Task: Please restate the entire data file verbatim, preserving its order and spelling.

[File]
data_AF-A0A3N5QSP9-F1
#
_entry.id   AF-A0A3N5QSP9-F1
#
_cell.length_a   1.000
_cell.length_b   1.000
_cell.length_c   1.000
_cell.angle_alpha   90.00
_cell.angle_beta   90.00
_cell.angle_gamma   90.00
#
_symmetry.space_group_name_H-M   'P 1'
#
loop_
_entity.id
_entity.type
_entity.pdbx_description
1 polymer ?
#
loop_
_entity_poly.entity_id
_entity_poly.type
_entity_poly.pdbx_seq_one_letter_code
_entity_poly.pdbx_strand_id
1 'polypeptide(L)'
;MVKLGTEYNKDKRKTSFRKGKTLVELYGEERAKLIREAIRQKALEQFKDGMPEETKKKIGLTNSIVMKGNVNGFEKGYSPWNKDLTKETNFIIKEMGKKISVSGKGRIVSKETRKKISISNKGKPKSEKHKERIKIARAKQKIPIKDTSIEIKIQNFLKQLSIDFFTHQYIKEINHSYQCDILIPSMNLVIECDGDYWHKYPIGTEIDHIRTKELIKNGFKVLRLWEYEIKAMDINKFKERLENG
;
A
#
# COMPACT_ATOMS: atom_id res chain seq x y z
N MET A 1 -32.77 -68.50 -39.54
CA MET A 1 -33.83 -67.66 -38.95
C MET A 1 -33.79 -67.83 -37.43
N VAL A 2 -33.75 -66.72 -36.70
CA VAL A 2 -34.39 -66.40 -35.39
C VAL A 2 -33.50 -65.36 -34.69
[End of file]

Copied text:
data_AF-A0A3N5QSP9-F1
#
_entry.id   AF-A0A3N5QSP9-F1
#
_cell.length_a   1.000
_cell.length_b   1.000
_cell.length_c   1.000
_cell.angle_alpha   90.00
_cell.angle_beta   90.00
_cell.angle_gamma   90.00
#
_symmetry.space_group_name_H-M   'P 1'
#
loop_
_entity.id
_entity.type
_entity.pdbx_description
1 polymer ?
#
loop_
_entity_poly.entity_id
_entity_poly.type
_entity_poly.pdbx_seq_one_letter_code
_entity_poly.pdbx_strand_id
1 'polypeptide(L)'
;MVKLGTEYNKDKRKTSFRKGKTLVELYGEERAKLIREAIRQKALEQFKDGMPEETKKKIGLTNSIVMKGNVNGFEKGYSPWNKDLTKETNFIIKEMGKKISVSGKGRIVSKETRKKISISNKGKPKSEKHKERIKIARAKQKIPIKDTSIEIKIQNFLKQLSIDFFTHQYIKEINHSYQCDILIPSMNLVIECDGDYWHKYPIGTEIDHIRTKELIKNGFKVLRLWEYEIKAMDINKFKERLENG
;
A
#
# COMPACT_ATOMS: atom_id res chain seq x y z
N MET A 1 -32.77 -68.50 -39.54
CA MET A 1 -33.83 -67.66 -38.95
C MET A 1 -33.79 -67.83 -37.43
N VAL A 2 -33.75 -66.72 -36.70
CA VAL A 2 -34.39 -66.40 -35.39
C VAL A 2 -33.50 -65.36 -34.69